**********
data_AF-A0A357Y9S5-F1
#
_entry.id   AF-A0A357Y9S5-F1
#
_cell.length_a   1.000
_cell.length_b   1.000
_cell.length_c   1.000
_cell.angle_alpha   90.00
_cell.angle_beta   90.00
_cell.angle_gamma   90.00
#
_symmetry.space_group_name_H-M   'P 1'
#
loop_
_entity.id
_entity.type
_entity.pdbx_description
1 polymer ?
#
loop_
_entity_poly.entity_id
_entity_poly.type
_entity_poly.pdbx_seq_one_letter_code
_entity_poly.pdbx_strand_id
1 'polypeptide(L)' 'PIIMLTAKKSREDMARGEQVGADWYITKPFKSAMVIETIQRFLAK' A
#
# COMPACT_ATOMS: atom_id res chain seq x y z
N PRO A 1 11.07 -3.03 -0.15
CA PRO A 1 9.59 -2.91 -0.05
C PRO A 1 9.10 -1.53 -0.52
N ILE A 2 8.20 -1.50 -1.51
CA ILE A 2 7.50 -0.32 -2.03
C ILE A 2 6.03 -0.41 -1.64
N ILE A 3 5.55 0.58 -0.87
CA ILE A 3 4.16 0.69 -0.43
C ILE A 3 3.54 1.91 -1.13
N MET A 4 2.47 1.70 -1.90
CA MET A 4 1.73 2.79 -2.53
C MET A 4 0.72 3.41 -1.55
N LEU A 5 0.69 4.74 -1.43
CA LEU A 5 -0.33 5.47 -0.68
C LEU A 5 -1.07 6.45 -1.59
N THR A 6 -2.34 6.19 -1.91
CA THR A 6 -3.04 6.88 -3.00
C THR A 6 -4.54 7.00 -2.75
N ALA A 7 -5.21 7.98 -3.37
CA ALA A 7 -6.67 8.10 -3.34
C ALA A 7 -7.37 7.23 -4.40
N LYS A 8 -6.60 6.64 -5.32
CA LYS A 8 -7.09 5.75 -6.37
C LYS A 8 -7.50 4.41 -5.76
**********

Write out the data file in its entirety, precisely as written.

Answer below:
data_AF-A0A357Y9S5-F1
#
_entry.id   AF-A0A357Y9S5-F1
#
_cell.length_a   1.000
_cell.length_b   1.000
_cell.length_c   1.000
_cell.angle_alpha   90.00
_cell.angle_beta   90.00
_cell.angle_gamma   90.00
#
_symmetry.space_group_name_H-M   'P 1'
#
loop_
_entity.id
_entity.type
_entity.pdbx_description
1 polymer ?
#
loop_
_entity_poly.entity_id
_entity_poly.type
_entity_poly.pdbx_seq_one_letter_code
_entity_poly.pdbx_strand_id
1 'polypeptide(L)' 'PIIMLTAKKSREDMARGEQVGADWYITKPFKSAMVIETIQRFLAK' A
#
# COMPACT_ATOMS: atom_id res chain seq x y z
N PRO A 1 11.07 -3.03 -0.15
CA PRO A 1 9.59 -2.91 -0.05
C PRO A 1 9.10 -1.53 -0.52
N ILE A 2 8.20 -1.50 -1.51
CA ILE A 2 7.50 -0.32 -2.03
C ILE A 2 6.03 -0.41 -1.64
N ILE A 3 5.55 0.58 -0.87
CA ILE A 3 4.16 0.69 -0.43
C ILE A 3 3.54 1.91 -1.13
N MET A 4 2.47 1.70 -1.90
CA MET A 4 1.73 2.79 -2.53
C MET A 4 0.72 3.41 -1.55
N LEU A 5 0.69 4.74 -1.43
CA LEU A 5 -0.33 5.47 -0.68
C LEU A 5 -1.07 6.45 -1.59
N THR A 6 -2.34 6.19 -1.91
CA THR A 6 -3.04 6.88 -3.00
C THR A 6 -4.54 7.00 -2.75
N ALA A 7 -5.21 7.98 -3.37
CA ALA A 7 -6.67 8.10 -3.34
C ALA A 7 -7.37 7.23 -4.40
N LYS A 8 -6.60 6.64 -5.32
CA LYS A 8 -7.09 5.75 -6.37
C LYS A 8 -7.50 4.41 -5.76